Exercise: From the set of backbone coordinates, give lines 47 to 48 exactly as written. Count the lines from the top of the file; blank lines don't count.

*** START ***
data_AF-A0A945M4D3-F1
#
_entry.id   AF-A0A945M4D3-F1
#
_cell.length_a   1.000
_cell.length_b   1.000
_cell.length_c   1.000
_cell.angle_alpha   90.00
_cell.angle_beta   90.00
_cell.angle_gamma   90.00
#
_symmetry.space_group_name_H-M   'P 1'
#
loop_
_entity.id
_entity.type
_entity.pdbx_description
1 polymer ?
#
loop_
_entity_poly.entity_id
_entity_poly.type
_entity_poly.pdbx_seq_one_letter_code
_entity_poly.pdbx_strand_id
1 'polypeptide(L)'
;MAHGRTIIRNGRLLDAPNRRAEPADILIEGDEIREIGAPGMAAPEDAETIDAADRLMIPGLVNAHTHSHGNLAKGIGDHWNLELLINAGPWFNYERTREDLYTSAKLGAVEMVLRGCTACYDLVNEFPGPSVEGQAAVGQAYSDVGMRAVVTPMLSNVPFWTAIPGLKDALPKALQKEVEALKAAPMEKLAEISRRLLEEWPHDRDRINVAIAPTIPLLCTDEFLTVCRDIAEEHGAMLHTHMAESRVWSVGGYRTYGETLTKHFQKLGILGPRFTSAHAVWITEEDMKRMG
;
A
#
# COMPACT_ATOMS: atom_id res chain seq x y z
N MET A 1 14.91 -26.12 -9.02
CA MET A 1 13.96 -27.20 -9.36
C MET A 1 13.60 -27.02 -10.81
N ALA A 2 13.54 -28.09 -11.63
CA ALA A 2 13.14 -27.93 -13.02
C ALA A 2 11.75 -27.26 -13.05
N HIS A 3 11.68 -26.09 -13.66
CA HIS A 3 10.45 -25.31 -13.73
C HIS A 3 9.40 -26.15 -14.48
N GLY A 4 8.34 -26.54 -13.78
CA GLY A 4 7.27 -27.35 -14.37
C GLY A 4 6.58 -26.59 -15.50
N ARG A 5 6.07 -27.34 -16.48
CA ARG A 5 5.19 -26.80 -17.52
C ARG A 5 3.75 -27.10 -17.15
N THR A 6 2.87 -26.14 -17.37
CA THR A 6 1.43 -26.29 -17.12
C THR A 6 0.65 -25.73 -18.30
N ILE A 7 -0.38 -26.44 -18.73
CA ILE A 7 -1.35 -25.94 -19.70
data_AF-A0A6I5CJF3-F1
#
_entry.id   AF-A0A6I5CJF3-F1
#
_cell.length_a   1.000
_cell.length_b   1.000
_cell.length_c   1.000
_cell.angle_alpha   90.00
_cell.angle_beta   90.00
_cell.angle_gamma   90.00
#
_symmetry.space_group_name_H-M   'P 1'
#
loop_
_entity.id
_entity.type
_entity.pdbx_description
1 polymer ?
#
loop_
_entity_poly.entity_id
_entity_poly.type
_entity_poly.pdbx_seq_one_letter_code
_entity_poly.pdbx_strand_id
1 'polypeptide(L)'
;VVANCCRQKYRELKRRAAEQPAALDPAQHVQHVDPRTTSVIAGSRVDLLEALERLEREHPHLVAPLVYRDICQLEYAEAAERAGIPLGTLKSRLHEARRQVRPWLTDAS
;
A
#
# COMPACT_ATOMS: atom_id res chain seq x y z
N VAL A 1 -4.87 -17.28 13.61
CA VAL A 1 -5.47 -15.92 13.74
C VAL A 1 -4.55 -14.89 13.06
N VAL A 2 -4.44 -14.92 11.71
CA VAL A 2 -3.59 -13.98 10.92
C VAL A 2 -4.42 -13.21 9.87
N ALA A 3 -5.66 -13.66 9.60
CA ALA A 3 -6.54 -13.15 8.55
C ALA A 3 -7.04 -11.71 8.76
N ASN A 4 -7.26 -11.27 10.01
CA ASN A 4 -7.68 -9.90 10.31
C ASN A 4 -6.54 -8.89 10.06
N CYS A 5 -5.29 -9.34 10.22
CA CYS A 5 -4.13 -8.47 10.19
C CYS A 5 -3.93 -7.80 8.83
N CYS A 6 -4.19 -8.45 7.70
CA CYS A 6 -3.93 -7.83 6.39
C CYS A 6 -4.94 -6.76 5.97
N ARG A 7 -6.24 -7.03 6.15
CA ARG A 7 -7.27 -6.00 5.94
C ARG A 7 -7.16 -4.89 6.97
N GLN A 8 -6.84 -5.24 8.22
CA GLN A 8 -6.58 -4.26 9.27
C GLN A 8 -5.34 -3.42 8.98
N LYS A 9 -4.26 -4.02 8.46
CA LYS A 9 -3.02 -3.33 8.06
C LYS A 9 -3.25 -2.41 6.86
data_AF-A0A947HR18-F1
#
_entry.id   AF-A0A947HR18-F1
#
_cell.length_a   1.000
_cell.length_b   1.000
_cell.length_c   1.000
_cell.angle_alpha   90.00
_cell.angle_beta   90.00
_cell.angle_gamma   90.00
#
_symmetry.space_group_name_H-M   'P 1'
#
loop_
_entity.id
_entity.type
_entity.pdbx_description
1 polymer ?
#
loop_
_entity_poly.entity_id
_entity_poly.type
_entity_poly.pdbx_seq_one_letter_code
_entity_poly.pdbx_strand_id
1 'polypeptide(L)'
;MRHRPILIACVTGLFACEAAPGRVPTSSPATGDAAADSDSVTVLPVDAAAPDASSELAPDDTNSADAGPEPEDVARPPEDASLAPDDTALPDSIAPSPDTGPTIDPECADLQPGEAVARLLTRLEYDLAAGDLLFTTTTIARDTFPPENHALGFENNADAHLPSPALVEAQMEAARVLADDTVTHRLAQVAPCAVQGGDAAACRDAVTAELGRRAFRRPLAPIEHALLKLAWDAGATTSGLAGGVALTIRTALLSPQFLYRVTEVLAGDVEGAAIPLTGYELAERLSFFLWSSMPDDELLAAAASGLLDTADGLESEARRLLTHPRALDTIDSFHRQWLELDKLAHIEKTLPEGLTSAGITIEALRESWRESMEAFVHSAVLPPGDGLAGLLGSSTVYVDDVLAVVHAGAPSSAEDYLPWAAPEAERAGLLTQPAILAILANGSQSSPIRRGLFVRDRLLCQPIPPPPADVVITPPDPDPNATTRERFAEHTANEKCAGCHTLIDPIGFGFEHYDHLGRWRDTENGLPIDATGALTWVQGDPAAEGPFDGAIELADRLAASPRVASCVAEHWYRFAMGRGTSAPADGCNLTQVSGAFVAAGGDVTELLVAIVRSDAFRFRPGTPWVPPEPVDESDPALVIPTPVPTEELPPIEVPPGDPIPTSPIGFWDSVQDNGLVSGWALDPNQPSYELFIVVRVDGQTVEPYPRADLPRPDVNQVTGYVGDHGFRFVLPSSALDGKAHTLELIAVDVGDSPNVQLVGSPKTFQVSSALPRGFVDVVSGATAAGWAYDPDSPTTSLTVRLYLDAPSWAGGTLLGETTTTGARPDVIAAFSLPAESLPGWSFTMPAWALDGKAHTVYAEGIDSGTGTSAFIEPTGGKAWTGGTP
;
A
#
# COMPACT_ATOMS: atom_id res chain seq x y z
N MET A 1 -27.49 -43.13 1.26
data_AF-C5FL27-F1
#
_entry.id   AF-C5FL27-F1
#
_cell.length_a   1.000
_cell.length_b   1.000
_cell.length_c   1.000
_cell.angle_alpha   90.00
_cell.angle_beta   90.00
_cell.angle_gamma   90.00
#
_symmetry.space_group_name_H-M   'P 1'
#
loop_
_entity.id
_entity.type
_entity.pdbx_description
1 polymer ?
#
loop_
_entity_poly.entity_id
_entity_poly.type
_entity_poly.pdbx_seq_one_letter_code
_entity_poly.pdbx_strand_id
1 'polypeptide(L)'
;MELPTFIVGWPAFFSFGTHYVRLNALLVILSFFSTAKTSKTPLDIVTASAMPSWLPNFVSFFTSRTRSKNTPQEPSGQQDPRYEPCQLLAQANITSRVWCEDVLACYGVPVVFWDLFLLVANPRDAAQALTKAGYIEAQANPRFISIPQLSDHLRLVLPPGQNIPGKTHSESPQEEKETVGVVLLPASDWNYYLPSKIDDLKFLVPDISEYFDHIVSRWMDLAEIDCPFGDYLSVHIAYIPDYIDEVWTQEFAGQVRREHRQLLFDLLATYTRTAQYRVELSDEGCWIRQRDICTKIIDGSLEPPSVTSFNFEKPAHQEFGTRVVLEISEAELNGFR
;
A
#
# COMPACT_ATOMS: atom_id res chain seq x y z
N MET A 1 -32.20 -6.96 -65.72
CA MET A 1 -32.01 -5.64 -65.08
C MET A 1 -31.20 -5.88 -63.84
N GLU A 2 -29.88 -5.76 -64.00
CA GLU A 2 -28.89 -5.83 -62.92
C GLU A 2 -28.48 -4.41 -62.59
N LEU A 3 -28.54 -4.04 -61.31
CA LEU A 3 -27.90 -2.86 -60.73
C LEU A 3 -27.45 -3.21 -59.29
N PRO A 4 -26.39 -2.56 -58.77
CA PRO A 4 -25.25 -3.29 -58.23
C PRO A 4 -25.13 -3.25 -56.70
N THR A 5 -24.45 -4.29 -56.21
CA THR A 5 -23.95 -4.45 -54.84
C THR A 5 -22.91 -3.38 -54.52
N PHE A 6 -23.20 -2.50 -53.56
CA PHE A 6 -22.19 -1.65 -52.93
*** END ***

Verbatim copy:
CA THR A 6 1.43 -26.29 -17.12
C THR A 6 0.65 -25.73 -18.30